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Wow so many new memories and it's only been a month.

One Month In!

I hope you enjoy reading this blog post. My website has organised content about lots of different topics that are easily found from the homepage. This blog is a more informal area of my website.

Just enjoy the pictures or read my ramblings too!

It has been a month now since the extreme slowdown in my work. In particular, my maths tutoring is very quiet now and I will not be taking weekly home-visit tutorials next academic year (but exciting new support available for residents of Poole will be announced soon). I have done it on purpose to create more time for writing and creating videos. Right now I am travelling to research new content for my wildlife guide and also create some wildlife videos. With my motorhome and careful use of budget backpacker accommodation it is not so expensive as you might think and hopefully this will carry on for a while before I run out of money!

My wildlife book now has over 500 places and could easily double in size in time for the next edition due out in summer 2017. And I have a new project to make wildlife videos. To make them seasonal I am going to release them all one year after recording them so even though I have made two already they won't be out until next July! This also means that anything you see in the videos will be in the current edition of the wildlife guide.

First stop was the Netherlands. I caught the ferry from Dover and drove straight to Friesland in the central Netherlands. Weerribben Wieden is a reserve that I tried in the winter and found to be not very good for winter wildlife but decided to return to see the supposedly spectacular summer wildlife. And wow it is amazing. Lots of dragonflies, damselflies, wildflowers and some really easy wetland you can explore by canoe to really get away from the crowds and see the wildlife better. The secretive and rare Purple Heron lives here and I was lucky enough to see one. The incredible Scarlet Dragonfly in the above photograph was seen here.

Then onto the country with my most hated guide: Belgium. Like really. I have had two reviews for this guide and both have been one star. One reviewer said it was "like a school project had been published as a book". On behalf of school children everywhere I do not like the use of that as a negative comment as in my teaching I have seen amazing work done for school projects. Anyway, I think the core problem is that Belgium has a lot of hunting and not very much wildlife conservation. Probably the reviewers are giving bad reviews because I cannot magically turn the country into a wildlife oasis. However, this trip I tried two more sites and one of them is now my favourite in the country and will get a video to highlight it next summer. The Foret d'Anlier was already one of my top destinations in Belgium and now I have found a secluded walk with some excellent wildlife. I still have not seen any Wild Boar here but did see more field signs including big mud pits they use.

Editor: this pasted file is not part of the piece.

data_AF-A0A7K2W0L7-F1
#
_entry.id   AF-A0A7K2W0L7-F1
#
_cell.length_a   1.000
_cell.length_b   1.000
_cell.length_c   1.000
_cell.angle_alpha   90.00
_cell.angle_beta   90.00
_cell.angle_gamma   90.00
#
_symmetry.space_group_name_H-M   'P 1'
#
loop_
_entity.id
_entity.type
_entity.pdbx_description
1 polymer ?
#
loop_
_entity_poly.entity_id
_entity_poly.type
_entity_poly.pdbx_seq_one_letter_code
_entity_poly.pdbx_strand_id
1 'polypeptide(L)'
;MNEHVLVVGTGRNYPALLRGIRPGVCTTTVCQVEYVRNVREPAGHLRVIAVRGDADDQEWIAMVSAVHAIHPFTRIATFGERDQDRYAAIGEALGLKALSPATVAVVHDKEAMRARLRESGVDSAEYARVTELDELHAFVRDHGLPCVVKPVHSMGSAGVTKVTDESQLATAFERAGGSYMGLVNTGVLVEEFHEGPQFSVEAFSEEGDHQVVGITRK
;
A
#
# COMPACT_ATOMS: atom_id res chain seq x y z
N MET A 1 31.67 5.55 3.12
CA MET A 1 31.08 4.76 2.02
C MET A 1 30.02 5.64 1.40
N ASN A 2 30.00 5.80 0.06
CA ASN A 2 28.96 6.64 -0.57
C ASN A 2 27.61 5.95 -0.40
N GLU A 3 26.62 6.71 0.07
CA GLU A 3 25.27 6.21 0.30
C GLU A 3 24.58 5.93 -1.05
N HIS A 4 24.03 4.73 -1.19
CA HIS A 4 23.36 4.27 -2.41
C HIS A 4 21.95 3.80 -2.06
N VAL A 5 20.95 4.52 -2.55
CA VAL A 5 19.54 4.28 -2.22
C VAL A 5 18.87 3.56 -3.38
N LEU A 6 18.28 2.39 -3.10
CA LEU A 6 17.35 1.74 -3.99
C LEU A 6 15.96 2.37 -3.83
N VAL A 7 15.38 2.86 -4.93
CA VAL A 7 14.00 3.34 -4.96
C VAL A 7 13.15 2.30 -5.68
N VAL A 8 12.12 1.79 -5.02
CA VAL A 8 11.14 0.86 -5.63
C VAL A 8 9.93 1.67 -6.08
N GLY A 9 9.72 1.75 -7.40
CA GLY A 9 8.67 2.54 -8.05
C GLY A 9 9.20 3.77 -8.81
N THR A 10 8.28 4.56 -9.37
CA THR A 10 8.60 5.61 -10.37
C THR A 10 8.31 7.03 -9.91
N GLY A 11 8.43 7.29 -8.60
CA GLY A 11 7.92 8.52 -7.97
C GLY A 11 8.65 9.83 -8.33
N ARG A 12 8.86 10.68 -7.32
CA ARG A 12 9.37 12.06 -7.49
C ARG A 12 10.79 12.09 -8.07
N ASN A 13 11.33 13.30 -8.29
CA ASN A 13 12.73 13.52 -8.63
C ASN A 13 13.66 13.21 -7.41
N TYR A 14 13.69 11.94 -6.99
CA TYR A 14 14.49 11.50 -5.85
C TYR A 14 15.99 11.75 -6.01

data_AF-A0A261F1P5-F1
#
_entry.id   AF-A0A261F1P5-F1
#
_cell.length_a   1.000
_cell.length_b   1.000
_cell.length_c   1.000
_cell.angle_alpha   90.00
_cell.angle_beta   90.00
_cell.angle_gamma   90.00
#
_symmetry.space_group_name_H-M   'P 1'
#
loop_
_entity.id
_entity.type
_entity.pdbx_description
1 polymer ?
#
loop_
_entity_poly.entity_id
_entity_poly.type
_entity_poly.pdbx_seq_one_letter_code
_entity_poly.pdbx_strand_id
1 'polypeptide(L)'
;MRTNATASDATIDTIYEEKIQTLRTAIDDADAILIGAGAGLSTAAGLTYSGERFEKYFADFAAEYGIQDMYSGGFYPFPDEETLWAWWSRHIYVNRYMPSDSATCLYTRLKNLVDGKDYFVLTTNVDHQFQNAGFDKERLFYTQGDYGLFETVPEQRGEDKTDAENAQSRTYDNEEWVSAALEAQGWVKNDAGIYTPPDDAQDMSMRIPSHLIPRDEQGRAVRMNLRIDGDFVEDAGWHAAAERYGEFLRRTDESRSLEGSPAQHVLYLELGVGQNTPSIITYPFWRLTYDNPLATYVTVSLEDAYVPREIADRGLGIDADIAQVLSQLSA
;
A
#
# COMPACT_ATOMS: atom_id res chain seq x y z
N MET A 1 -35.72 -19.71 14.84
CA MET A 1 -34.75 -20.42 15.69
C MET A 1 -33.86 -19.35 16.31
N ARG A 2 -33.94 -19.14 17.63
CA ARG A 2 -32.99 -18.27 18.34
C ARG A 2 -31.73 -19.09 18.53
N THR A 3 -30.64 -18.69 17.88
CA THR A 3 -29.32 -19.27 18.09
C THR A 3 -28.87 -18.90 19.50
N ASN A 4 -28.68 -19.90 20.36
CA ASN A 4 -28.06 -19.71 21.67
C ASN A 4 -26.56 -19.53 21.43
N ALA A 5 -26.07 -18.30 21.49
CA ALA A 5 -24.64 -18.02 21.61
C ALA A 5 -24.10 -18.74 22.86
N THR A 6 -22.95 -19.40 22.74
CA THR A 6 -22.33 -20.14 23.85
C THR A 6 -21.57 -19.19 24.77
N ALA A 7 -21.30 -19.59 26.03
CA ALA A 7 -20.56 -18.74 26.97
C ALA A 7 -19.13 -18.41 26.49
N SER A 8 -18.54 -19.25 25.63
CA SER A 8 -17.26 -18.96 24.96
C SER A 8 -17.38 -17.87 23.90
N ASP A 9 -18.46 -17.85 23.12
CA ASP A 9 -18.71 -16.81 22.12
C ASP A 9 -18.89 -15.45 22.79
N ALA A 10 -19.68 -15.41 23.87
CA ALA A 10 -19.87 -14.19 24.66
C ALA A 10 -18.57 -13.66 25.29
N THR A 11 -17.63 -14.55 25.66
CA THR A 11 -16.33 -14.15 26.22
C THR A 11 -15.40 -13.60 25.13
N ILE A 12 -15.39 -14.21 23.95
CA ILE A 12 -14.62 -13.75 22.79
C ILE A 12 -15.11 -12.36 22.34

Luxembourg was a big surprise. What an incredible country for wildlife! I have never heard much about the places here but my personal experience is that they care for their countryside and that lots of birds, mammals, flowers and butterflies can be seen here. On one walk I saw Pine Marten, Red Fox, Roe Deer and Bank Vole which is a great set of mammals to see in a single day. The tree in the photograph was in the forest near Echternach in the north-east of Luxembourg.

Switzerland is another new country for me. I would sum it up as (1) very expensive (2) very scenic (3) great for hiking (4) a wildflower heaven in July (5) very inhospitable if you are in a motorhome and (6) very expensive. I am so glad I finally went and the Alps here are beautiful. The view in the first photo is at Biglen Alp to the south of Interlaken. The alpine wildlife is more difficult to see as there is less of it but most of it is specialised to live in the mountains and exciting to see. The remaining three photographs above are of an Alpine Heath (a mountain specialist butterfly), Alpine Salamander (only found in the Alps) and a Bearded Vulture (actually fairly common in northern Africa but in Europe limited mainly to mountains).

In Switzerland there seem to be signs everywhere saying you cannot park your motorhome. It was a bit crazy. I would not go again with my motorhome without careful planning. Also it is so expensive! Food seemed to be about three times as much as in the neighbouring countries. It must have used up approximately 2 months travelling budget in less than 2 weeks. Probably this was a good thing to happen early on as it has made me more aware that with my change in career I need to be really careful with money to give the wildlife guides and videos the maximum amount of time to start making a profit. I think I can hang on for about four years at the moment and it is really important to me to give this career-change the best possible chance to work.

I have been in France for a few days now but will save that for my next blog post. Thanks for reading! Let me know if you have any questions for the next blog post. I want to add a comments section below but it is not very easy and I've left it for this month.

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